Individual feeding treatment is typically provided on a weekly basis by an occupational therapist or a speech-language pathologist. The goal of treatment is to address the individual goals of the child but also to support families, provide resources, and help parent/care-givers establish an effective home-based program.  Since feeding disorders often develop from a combination of medical/physiological, developmental, behavioral, and psychosocial factors, our trained feeding therapists have experience working with children with a variety of medical diagnosis (i.e., GERD, FTT, cardiac, pulmonary, cleft palate/ lip), breastfeeding concerns, oral motor delays, sensory-based feeding disorders, and other contributing factors that may need to be supported during therapy intervention.


Feeding Evaluation:

The feeding evaluation is completed by a specially trained occupational therapist and/or speech pathologist. The assessment includes review of medical history, reports from other healthcare providers, and parent concerns. The therapist(s) work with the child and the family to assess and address the multiple factors involved with eating. Based on the evaluation, recommendations are made for individual feeding treatment, home programming, and/or parent consultation.

How Do I Know If My Child Needs An Evaluation?

If your child presents with some of the following symptoms they may have a feeding disorder:

  • Ongoing poor weight gain (rate re: percentiles failing) or weight loss

  • Breasting feeding concerns that have been unable to be addressed by lactation specialist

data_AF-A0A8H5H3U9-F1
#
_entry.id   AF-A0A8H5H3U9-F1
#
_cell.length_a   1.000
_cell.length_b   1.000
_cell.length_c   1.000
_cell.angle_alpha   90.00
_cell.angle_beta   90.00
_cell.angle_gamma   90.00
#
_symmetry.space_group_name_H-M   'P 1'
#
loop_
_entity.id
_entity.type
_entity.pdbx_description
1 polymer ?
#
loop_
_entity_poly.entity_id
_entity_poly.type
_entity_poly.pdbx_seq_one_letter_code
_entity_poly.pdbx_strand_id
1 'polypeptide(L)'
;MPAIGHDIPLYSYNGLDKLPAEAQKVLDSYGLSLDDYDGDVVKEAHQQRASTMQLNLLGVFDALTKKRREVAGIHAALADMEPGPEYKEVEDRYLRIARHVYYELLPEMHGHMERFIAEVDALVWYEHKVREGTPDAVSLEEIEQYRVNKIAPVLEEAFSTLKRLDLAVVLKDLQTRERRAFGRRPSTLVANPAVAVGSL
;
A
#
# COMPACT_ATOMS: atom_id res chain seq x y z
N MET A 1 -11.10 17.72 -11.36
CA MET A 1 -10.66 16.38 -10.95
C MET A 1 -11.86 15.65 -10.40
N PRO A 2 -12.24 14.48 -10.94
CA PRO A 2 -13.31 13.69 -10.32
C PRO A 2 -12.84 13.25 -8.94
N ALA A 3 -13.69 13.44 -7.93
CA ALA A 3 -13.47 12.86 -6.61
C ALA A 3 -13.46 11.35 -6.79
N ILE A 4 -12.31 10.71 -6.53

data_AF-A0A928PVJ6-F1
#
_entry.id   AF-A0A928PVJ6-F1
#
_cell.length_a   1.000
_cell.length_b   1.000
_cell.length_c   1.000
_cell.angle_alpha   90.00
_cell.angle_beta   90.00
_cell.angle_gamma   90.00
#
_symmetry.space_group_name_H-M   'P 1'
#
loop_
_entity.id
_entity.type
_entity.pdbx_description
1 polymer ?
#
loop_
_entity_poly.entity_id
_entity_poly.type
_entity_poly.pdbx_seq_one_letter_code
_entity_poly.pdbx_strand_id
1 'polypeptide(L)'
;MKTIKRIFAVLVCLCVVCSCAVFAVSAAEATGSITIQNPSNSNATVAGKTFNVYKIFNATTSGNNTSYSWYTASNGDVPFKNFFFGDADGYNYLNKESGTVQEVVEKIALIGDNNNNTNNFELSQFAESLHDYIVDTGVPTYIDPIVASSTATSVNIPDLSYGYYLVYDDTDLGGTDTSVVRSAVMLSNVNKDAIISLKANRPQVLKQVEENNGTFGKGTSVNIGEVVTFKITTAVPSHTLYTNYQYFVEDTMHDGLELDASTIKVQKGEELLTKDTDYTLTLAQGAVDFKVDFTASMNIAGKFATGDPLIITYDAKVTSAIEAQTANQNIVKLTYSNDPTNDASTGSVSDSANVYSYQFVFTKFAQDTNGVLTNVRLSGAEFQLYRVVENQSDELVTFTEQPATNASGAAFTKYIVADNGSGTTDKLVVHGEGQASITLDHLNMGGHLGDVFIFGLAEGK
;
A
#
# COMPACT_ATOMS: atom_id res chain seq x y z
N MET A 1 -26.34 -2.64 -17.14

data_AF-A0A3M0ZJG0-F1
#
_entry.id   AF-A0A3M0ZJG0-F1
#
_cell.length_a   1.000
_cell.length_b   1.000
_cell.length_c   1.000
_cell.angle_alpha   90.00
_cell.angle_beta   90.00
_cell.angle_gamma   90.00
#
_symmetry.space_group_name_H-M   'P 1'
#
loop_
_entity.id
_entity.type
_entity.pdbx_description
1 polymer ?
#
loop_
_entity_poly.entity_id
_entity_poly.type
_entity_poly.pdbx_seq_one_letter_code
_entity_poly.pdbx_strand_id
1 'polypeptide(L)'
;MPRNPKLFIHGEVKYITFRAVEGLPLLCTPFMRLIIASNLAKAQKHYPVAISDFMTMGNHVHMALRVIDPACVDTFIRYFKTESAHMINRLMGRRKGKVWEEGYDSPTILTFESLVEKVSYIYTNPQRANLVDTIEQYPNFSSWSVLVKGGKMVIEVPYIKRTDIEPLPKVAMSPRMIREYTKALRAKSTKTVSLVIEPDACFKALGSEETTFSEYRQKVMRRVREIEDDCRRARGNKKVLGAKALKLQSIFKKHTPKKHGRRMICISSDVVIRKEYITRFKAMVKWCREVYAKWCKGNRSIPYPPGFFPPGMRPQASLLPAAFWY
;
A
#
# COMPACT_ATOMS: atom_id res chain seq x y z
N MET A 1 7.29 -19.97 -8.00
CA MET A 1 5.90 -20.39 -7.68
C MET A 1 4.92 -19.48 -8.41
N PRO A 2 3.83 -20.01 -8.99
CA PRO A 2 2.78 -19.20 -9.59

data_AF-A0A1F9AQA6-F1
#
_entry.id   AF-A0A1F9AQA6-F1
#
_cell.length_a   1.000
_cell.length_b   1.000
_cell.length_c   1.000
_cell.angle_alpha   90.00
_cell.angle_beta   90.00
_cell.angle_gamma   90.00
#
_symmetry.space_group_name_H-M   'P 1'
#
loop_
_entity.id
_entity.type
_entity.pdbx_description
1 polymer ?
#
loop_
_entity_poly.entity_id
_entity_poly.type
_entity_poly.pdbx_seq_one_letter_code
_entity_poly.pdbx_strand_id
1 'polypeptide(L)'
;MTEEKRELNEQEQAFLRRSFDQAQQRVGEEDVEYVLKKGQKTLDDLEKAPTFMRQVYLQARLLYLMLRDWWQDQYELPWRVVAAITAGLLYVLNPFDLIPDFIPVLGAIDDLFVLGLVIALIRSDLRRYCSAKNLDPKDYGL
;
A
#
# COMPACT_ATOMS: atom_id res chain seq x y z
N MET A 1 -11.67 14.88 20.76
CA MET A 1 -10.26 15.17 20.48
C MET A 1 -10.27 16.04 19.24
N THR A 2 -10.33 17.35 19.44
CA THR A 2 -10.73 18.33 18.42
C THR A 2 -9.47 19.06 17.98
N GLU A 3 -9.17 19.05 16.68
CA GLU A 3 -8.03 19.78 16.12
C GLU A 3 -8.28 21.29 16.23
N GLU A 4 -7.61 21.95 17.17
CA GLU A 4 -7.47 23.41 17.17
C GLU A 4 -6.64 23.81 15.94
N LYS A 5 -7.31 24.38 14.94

• Ongoing choking, gagging, or coughing during meals

  • Ongoing problems with vomiting

  • More than one incident of nasal reflux

  • History of traumatic choking incident

  • History of eating and breathing coordination problems, with ongoing respiratory issues

  • Inability to transition to baby food purees by 10 months of age

  • Inability to accept any table food solids by 12 months of age

  • Inability to transition from breast/bottle to a cup by 16 months of age

  • Has not weaned off baby foods by 16 months of age

  • Aversion or avoidance of all foods in specific texture or food group

  • Food range of less than 20 foods, especially if foods are being dropped over time with no new foods replacing those lost

  • An infant who cries and/or arches at most meals

  • Family is fighting about food and feeding (i.e., meals are battles)

  • Parent repeatedly reports that the child is difficult for everyone to feed

  • Parental history of an eating disorder, with a child not meeting weight goals

  • Gastrostomy (g-tube) or naso-gastric (ng-tube) dependence